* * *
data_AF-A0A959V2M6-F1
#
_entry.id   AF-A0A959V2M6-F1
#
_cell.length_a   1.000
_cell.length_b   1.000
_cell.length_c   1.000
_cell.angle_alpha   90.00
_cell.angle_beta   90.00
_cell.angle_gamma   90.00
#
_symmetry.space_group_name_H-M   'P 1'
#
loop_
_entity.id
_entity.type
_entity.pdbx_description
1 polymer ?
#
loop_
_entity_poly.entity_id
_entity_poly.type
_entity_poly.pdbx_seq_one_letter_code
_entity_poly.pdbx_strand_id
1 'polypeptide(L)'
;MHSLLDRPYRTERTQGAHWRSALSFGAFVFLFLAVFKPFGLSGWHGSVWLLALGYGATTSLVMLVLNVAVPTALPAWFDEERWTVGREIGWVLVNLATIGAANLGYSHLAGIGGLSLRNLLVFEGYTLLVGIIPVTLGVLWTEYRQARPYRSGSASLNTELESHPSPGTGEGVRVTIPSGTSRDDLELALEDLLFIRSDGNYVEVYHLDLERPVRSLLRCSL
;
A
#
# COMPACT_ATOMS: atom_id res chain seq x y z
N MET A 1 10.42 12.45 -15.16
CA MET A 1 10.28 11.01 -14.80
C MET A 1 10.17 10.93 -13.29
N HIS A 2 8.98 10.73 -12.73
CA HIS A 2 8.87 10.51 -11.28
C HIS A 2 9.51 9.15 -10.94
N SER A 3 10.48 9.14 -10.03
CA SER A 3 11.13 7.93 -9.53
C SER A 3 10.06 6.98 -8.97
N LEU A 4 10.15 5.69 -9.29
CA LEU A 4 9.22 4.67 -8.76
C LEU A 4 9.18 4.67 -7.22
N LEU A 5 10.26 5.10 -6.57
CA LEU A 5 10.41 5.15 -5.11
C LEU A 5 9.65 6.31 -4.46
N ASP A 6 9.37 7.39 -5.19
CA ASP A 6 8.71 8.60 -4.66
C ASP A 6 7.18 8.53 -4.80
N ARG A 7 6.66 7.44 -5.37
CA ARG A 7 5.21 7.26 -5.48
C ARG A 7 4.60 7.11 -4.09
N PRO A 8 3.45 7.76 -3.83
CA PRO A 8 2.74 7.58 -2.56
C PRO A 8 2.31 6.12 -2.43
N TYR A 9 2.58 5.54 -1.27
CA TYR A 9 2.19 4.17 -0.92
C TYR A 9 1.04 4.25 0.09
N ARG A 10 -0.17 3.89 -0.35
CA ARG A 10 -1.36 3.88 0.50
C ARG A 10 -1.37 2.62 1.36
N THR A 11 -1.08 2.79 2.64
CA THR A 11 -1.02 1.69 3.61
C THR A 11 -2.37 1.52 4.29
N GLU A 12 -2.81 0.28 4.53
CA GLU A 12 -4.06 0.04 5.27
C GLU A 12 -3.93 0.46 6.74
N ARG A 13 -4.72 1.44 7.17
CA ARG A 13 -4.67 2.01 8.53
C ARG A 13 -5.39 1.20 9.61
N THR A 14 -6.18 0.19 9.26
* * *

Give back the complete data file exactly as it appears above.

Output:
data_AF-A0A959V2M6-F1
#
_entry.id   AF-A0A959V2M6-F1
#
_cell.length_a   1.000
_cell.length_b   1.000
_cell.length_c   1.000
_cell.angle_alpha   90.00
_cell.angle_beta   90.00
_cell.angle_gamma   90.00
#
_symmetry.space_group_name_H-M   'P 1'
#
loop_
_entity.id
_entity.type
_entity.pdbx_description
1 polymer ?
#
loop_
_entity_poly.entity_id
_entity_poly.type
_entity_poly.pdbx_seq_one_letter_code
_entity_poly.pdbx_strand_id
1 'polypeptide(L)'
;MHSLLDRPYRTERTQGAHWRSALSFGAFVFLFLAVFKPFGLSGWHGSVWLLALGYGATTSLVMLVLNVAVPTALPAWFDEERWTVGREIGWVLVNLATIGAANLGYSHLAGIGGLSLRNLLVFEGYTLLVGIIPVTLGVLWTEYRQARPYRSGSASLNTELESHPSPGTGEGVRVTIPSGTSRDDLELALEDLLFIRSDGNYVEVYHLDLERPVRSLLRCSL
;
A
#
# COMPACT_ATOMS: atom_id res chain seq x y z
N MET A 1 10.42 12.45 -15.16
CA MET A 1 10.28 11.01 -14.80
C MET A 1 10.17 10.93 -13.29
N HIS A 2 8.98 10.73 -12.73
CA HIS A 2 8.87 10.51 -11.28
C HIS A 2 9.51 9.15 -10.94
N SER A 3 10.48 9.14 -10.03
CA SER A 3 11.13 7.93 -9.53
C SER A 3 10.06 6.98 -8.97
N LEU A 4 10.15 5.69 -9.29
CA LEU A 4 9.22 4.67 -8.76
C LEU A 4 9.18 4.67 -7.22
N LEU A 5 10.26 5.10 -6.57
CA LEU A 5 10.41 5.15 -5.11
C LEU A 5 9.65 6.31 -4.46
N ASP A 6 9.37 7.39 -5.19
CA ASP A 6 8.71 8.60 -4.66
C ASP A 6 7.18 8.53 -4.80
N ARG A 7 6.66 7.44 -5.37
CA ARG A 7 5.21 7.26 -5.48
C ARG A 7 4.60 7.11 -4.09
N PRO A 8 3.45 7.76 -3.83
CA PRO A 8 2.74 7.58 -2.56
C PRO A 8 2.31 6.12 -2.43
N TYR A 9 2.58 5.54 -1.27
CA TYR A 9 2.19 4.17 -0.92
C TYR A 9 1.04 4.25 0.09
N ARG A 10 -0.17 3.89 -0.35
CA ARG A 10 -1.36 3.88 0.50
C ARG A 10 -1.37 2.62 1.36
N THR A 11 -1.08 2.79 2.64
CA THR A 11 -1.02 1.69 3.61
C THR A 11 -2.37 1.52 4.29
N GLU A 12 -2.81 0.28 4.53
CA GLU A 12 -4.06 0.04 5.27
C GLU A 12 -3.93 0.46 6.74
N ARG A 13 -4.72 1.44 7.17
CA ARG A 13 -4.67 2.01 8.53
C ARG A 13 -5.39 1.20 9.61
N THR A 14 -6.18 0.19 9.26